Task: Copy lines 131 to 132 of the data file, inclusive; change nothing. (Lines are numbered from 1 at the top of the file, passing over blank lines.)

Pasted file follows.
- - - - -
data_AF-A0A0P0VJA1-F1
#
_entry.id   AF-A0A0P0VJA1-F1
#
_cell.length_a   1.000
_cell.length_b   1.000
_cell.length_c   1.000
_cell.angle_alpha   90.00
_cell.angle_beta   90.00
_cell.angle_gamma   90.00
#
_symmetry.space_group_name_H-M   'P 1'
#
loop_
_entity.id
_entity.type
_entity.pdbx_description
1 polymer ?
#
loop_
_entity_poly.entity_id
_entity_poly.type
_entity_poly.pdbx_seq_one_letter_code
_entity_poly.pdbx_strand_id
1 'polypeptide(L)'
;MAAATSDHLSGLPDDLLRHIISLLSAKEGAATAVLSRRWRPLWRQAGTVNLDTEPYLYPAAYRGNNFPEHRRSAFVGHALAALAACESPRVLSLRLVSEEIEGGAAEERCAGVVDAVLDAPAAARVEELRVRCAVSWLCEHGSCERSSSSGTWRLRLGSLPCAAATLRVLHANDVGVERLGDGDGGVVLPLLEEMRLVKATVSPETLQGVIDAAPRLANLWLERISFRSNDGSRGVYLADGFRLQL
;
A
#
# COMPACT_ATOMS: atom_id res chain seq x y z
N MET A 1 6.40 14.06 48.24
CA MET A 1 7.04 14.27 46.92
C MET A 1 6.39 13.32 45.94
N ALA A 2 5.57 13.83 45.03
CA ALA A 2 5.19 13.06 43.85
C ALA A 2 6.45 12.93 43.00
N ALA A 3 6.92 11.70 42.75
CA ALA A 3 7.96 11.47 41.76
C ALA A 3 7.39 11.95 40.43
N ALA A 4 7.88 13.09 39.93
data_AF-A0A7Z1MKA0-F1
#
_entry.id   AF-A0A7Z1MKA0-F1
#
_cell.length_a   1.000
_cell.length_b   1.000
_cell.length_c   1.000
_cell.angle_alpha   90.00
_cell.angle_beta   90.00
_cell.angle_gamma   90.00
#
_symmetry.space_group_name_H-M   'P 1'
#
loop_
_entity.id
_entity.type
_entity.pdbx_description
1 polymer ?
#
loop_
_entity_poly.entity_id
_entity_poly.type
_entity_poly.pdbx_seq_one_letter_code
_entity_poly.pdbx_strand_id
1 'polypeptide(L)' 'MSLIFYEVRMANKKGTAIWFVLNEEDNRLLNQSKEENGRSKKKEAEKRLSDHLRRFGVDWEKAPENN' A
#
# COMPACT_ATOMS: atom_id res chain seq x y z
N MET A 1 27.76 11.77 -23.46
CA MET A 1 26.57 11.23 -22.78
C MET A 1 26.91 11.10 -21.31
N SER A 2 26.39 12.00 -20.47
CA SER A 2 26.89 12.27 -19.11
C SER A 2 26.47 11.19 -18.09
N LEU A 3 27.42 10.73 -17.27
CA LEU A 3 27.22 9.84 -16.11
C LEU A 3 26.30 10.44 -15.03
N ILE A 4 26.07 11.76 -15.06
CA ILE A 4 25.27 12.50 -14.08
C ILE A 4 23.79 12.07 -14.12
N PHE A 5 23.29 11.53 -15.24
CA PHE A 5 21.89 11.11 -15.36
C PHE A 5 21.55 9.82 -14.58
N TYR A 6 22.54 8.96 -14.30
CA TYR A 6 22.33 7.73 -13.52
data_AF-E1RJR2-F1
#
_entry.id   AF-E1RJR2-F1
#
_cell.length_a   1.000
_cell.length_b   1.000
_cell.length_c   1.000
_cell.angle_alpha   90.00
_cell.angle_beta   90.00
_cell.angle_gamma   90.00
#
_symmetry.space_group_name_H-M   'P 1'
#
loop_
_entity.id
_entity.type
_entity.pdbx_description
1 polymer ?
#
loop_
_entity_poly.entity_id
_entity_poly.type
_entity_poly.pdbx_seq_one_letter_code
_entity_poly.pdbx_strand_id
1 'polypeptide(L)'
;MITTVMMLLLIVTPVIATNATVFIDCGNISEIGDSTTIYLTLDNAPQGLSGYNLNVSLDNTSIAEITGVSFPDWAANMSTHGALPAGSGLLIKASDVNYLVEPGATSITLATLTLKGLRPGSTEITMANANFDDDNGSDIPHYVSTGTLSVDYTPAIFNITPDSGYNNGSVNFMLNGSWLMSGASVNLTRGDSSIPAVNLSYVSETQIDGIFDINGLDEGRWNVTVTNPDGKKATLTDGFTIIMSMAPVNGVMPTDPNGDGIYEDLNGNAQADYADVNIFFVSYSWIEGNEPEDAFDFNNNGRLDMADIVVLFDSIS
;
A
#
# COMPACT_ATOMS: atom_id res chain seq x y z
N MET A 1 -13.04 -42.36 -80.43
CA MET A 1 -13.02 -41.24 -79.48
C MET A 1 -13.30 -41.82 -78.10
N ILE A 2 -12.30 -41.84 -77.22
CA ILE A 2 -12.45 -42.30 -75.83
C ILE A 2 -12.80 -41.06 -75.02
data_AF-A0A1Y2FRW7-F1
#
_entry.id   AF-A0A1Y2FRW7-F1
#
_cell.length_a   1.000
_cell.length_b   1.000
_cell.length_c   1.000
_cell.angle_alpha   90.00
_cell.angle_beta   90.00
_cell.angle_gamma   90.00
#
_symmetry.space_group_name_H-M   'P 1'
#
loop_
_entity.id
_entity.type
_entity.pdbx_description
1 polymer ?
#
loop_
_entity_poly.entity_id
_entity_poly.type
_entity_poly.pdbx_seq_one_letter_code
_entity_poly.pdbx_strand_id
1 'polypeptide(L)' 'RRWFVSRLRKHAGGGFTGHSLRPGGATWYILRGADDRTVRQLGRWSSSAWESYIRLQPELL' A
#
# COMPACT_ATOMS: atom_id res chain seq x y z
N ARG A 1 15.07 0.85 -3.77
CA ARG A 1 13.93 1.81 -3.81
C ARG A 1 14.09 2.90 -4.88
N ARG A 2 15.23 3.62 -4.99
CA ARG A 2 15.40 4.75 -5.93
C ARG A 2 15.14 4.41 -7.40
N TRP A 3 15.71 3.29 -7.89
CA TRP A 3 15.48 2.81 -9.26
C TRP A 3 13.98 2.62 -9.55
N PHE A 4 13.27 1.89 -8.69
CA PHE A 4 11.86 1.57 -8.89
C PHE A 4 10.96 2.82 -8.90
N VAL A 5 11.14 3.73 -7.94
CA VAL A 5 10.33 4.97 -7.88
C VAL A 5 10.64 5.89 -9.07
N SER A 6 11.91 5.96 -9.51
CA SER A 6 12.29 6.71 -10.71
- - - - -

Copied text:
#
_symmetry.space_group_name_H-M   'P 1'